Wednesday, April 12, 2006

Save Your Apostrophes

One meaning of round is "around." So there's no need for apostrophizin' in "round-the-clock service" or "shot heard round the world."

Similarly, till is a word of its own, not a truncation of until. So don't go writin' 'til or 'till.

6 comments:

MuPu said...

Since until is more or less a multilingual, cross-polinated truncation of up till; and since up till is not used much in decent circles; and since the term "till" is being eschewed in favor of until; shouldn't we now allow the long-established until to evolve further -- i.e., to it's logical contracted form ('til) or even, eventually, to the not-yet-ready-for-prime-time til? We've allowed unto to give way to to. How 'bout it?

Also, it might be worth mentioning that a word is often chosen for its cadence, and not necessarily for its ranking in Google hits.

Also, the synonyms (and homynyms) 'round and round are both valid options. 'Round might be preferable if another word in its vicinity has received the same treatment, or when indicating a particular speaking style, like this: "He showed up 'round noon, 'bout the same time I did."

Aaron said...

Hi, Bill. I came across your blog again when researching the idiocy of the phrase "homicide bomber." You had a nice piece here. I would add that using this stupid phrase not only violates something one learns the second day of news writing class—that to call it a "tragic death" or a "tragic accident" is horribly redundant—but it actually leaches the language of news value. What makes these people frightening is that they want to die. It's why September Eleventh worked and why the problem is so pervasive and perplexing that George W. Bush has felt empowered and required to step it up a notch. The word "suicide" in "suicide bombers" is, specifically, what differentiates them and their tactics from those who just pack up a Ryder with fertilizer and walk away. Remove it and you're left with just the egg whites.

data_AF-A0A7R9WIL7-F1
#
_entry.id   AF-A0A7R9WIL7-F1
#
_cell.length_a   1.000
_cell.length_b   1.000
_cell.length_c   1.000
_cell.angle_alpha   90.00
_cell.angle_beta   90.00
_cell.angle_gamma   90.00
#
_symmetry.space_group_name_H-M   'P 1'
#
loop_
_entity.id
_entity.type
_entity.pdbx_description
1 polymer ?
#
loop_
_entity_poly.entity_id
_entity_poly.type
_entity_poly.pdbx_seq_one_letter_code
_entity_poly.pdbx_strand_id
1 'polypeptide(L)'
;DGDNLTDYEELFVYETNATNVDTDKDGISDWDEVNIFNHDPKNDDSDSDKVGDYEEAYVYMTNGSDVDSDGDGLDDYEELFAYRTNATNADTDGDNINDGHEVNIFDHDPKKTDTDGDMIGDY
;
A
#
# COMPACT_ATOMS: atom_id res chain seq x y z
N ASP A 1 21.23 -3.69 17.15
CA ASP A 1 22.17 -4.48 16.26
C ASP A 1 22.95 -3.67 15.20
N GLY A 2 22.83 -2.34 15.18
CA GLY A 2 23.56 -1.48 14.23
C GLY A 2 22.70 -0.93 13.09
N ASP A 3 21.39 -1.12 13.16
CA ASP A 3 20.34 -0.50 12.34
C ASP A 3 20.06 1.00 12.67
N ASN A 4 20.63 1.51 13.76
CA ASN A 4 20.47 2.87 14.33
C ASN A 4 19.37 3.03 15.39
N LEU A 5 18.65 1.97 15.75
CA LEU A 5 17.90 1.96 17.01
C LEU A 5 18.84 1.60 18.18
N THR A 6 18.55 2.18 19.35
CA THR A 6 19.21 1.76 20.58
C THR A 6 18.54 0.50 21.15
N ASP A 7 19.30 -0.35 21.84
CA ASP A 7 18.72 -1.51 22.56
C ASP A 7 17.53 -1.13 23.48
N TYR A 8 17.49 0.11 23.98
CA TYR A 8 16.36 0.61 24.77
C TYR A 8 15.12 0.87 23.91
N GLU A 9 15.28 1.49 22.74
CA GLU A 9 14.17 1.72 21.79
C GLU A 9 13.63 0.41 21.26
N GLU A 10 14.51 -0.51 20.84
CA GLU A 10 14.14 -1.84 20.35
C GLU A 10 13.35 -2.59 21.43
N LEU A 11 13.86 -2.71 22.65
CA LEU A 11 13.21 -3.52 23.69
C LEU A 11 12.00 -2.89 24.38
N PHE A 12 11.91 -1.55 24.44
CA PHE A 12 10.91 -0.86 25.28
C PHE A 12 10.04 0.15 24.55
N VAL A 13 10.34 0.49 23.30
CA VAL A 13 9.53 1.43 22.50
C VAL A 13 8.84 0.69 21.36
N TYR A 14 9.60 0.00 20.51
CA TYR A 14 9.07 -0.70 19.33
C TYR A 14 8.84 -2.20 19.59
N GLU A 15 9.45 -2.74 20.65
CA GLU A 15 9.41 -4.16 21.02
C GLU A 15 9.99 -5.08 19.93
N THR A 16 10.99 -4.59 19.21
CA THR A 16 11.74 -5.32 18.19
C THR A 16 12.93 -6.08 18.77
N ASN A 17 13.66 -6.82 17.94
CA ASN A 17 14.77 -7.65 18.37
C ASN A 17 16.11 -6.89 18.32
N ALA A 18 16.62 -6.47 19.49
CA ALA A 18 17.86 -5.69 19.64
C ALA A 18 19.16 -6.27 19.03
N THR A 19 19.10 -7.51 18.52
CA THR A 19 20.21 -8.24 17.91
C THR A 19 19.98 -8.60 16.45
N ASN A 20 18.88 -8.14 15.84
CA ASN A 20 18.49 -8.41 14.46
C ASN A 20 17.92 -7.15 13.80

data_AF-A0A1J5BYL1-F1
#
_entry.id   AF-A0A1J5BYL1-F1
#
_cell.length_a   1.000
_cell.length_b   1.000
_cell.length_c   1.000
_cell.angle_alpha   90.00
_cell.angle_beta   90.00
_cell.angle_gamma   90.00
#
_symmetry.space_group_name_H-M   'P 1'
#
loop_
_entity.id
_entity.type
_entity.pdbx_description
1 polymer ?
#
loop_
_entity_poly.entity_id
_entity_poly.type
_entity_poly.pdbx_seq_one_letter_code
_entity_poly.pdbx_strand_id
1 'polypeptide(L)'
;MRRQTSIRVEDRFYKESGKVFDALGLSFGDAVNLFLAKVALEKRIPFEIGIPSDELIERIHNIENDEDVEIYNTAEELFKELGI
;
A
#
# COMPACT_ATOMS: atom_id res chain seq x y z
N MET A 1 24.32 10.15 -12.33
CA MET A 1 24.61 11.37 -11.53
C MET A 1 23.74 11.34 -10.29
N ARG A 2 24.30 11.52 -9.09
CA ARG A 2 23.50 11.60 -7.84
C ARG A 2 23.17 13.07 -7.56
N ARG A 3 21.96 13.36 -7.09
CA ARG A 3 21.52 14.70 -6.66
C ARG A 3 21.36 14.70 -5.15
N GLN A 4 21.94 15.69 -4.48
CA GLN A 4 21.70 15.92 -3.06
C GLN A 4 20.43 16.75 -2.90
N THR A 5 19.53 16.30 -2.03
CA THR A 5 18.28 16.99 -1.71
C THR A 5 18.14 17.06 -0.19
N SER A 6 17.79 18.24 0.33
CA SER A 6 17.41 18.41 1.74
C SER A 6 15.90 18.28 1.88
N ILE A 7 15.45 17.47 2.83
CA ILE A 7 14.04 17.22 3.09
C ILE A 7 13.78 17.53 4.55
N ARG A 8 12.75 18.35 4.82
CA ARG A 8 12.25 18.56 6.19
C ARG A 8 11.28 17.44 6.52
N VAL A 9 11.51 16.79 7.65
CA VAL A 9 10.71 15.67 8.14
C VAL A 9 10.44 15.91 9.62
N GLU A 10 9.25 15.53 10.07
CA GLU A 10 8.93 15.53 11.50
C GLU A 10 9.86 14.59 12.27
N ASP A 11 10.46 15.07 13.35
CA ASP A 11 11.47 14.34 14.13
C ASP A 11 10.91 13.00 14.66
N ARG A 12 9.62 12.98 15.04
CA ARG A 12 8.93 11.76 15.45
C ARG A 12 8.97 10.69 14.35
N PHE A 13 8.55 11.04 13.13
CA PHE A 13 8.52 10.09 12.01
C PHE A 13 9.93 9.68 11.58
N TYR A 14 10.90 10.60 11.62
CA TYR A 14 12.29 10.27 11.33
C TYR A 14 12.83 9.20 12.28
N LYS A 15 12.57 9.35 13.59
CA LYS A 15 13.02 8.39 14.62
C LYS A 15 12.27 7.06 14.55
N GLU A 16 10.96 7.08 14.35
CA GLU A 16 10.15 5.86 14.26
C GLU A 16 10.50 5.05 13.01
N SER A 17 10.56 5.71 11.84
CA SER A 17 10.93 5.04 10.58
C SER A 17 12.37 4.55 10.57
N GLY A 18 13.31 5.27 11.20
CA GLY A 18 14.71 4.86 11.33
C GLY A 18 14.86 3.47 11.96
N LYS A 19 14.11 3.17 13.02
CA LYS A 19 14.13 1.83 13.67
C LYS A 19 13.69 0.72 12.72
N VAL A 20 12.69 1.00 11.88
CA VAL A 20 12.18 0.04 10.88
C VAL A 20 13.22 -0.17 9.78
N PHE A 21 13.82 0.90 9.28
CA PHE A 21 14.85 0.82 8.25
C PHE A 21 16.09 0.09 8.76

Anyway, thank you for your continued work. I'll continue checking this site and I will need to add more Bill Walsh volumes as a companion to the AP Stylebook. Sorry this post is rather irrelevant to this entry, which I found interesting. You don't know how many times I've edited in those single apostrophe marks.

Jim Donahue said...

Until and till are completely interchangeable, though, correct? There's no shade of difference in meaning?

ninge said...

Hi Bill

This is Nina, copy chief at the Arizona Daily Wildcat. I saw your name on our banquet list and thought I'd look you up. Now I think I'll end up coming here every day and hopefully memorizing all your helpful hints!

In reference to your "knockdown" post a while back, we have a lot of issues here with warm up vs. warmup (what athletes wear when they are warming up.) Perhaps it reflects college students' preoccupation with fashion...

I look forward to meeting you next week!

Seán said...

MuPu has cross-pollinated and multi-langued himself cross-eyed and stumble-tongued. "Until" is NOT a truncation of English "up till". It is from the Middle English "until", where the "un" comes from the Norse for "up to" and "til" is the Old English that became modern "till". So ['til] and ['till] are unnecessary and etymologically ignorant. If you aren't writing Old English, it woud make more sense to write [til']. In any case, if "til" ever becomes accepteable, it will be not a case of evolution but of reversion.

Bill Mehlman said...

Not knowing what Aaron is referring to in scorning "tragic accident," I'll leave it alone. But, clearly, "tragic death" makes a useful distinction. When my father died, quickly and without much pain, having, as far as I know, lived a reasonably happy life for 88 years, it was sad, but hardly tragic.

When my son's best friend died at 21, it was tragic, and heart-wrenching.